By Charlie Tarbell
Oh, the shame. Here I am, President of the lake association, and my property failed its recent LakeSmart review. Maybe I should resign in disgrace? The shame, it burns! The Backstory I’ve been spending summers on Keoka my entire life. My sisters and I share a camp that has been in our family now for four generations – almost five if you include my daughter’s pending child. Back in 2010, our camp garnered Keoka’s first LakeSmart award. The camp property is a model of lake-friendly development. Then in 2012, I had the opportunity to buy a property on the north side of the lake. My wife and I relocated, remodeled, and retired on this property. I knew that the property was sub-optimal for a LakeSmart award, but I also knew that I could take steps, over time, to remediate its failings, and perhaps, one day, earn another LakeSmart award. Among the changes we made are the following:
Relocated the septic leech field away from Johnson Brook.
Relocated the driveway out of the 100’ buffer zone.
Rehabbed the house and added drip-line trenches all around the perimeter. We did expand the footprint of the house, but only to the extent allowed under shore land zoning.
Stopped cutting and raking the lawn and let the lakeside return to low bushes.
Began to build up the duff along the immediate lakefront with the plan to plant blueberries and other native plants.
Created clearly marked winding pathways over the buffer zone to minimize trampling of the under story.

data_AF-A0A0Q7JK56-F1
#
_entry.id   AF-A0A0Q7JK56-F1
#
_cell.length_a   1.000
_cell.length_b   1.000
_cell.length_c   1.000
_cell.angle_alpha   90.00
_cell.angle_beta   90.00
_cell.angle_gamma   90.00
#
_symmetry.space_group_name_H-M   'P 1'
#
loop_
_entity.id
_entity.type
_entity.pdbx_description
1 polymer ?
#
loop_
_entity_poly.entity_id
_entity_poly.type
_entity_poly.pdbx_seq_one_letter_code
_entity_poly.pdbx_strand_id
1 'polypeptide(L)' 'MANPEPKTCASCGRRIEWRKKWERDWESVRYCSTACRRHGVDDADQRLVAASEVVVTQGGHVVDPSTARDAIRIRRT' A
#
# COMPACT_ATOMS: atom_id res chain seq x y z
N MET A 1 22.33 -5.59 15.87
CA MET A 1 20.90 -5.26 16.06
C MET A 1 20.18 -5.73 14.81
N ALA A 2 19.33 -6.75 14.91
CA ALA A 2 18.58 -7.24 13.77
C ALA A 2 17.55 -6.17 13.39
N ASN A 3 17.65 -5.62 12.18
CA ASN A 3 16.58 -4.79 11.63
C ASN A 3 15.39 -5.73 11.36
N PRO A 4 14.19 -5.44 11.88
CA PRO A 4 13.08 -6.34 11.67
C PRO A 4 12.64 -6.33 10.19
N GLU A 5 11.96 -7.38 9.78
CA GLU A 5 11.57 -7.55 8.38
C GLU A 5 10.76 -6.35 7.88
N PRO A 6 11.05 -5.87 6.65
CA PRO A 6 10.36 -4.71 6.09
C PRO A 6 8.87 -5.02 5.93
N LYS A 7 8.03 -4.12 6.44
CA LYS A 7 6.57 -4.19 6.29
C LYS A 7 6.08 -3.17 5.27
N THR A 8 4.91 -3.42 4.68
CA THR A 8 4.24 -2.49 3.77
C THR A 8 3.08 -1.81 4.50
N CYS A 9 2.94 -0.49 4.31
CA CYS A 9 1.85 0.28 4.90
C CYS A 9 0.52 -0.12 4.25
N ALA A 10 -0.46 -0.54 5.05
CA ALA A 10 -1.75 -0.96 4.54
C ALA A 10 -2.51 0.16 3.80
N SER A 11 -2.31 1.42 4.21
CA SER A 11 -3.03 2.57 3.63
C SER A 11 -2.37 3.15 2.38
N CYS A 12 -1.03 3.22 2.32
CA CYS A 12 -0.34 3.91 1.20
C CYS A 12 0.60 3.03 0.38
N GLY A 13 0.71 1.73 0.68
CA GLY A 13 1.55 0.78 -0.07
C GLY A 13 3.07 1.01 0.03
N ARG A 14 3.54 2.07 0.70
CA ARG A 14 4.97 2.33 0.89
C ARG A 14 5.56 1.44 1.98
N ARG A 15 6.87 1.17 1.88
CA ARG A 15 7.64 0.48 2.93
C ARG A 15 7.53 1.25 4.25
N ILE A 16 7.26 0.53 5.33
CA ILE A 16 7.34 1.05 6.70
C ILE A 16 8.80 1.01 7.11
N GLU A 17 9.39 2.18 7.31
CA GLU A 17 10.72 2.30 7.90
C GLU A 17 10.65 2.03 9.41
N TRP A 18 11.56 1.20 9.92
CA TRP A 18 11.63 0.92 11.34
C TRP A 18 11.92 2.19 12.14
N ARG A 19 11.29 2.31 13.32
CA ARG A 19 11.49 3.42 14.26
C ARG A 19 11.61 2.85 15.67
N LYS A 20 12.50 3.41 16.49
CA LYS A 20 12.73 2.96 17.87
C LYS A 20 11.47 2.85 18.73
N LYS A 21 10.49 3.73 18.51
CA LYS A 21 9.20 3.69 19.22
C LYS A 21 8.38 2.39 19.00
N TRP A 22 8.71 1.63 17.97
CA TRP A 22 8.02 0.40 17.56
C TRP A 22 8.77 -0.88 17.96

Then, in 2020, when I was approached by the new Keoka LakeSmart team for a LakeSmart review, I agreed, knowing that I had accomplished a lot….and alas, it was not quite enough. The Review The Keoka LakeSmart Team, Ginger Eaton, Priscilla Treadwell, and Doss Hasson (all neighbors around the lake) arrived at my place on a morning in early July. They were all very friendly and professional. They seemed to have a great working rapport among the team. First off, they asked me for a history of the property and for some basic facts about the place. Then, guided by their LakeSmart App (there’s an app for everything) the four of us strode around the property reviewing various aspects (driveway, parking area, septic, roof line, buffer zone, shorefront, wooded areas, etc.). The team clearly had a lot of knowledge of lake-friendly development best practices. At each juncture, they asked questions about what they saw and what I had done. They shared observations and recommendations about options to improve. They talked among themselves, but always included me. I found it fascinating and I actually learned a lot. I was surprised, as I thought I knew a lot to begin with, but their training has definitely prepared them to bring real value to the review and discussion. The entire process took about 90 minutes. At the end, they handed me some materials and we parted ways. The interaction was friendly, helpful and it was great to get to know some lake neighbors, better. Alas, it was not a real surprise when I got the call about a week later and was told that my property did not yet qualify for a LakeSmart award. The shorefront buffer zone needed to be “built-up” a bit more with native plants that would stabilize the soil. Even though there was no erosion evident, the criteria for the award was clear and my property still needed some work. I was encouraged to reapply after I had upgraded the buffer zone. Next Steps And so I am left with this shame, this failure. What am I to do? Well, it seemed the proper thing was to fess up and tell the organization that I am working on it. Indeed, the whole point of LakeSmart is not necessarily to notch a bevy of awards. No, the point of the review is to get exactly what I got out of it – guidance and direction as to how I can make my property as lake-healthy as possible. Yes, I failed to get the award, but I got valuable advice and I know what I can do to help Keoka. If all properties around the lake and up the tributary streams got the same review, and took the advice of the LakeSmart Team, it would be a very good thing for the health of Keoka. And so, if you have not had your property reviewed for LakesSmart, won’t you please take the time to make an appointment with the team. You will learn just what you can do to help benefit the health of Keoka. And please feel free to call me (if) when you fail. We can commiserate in our shame. Keoka LakeSmart Team Leader – Ginger Eaton – (978) 804-3539 Sincerely, Charlie Tarbell President, Keoka Lake Association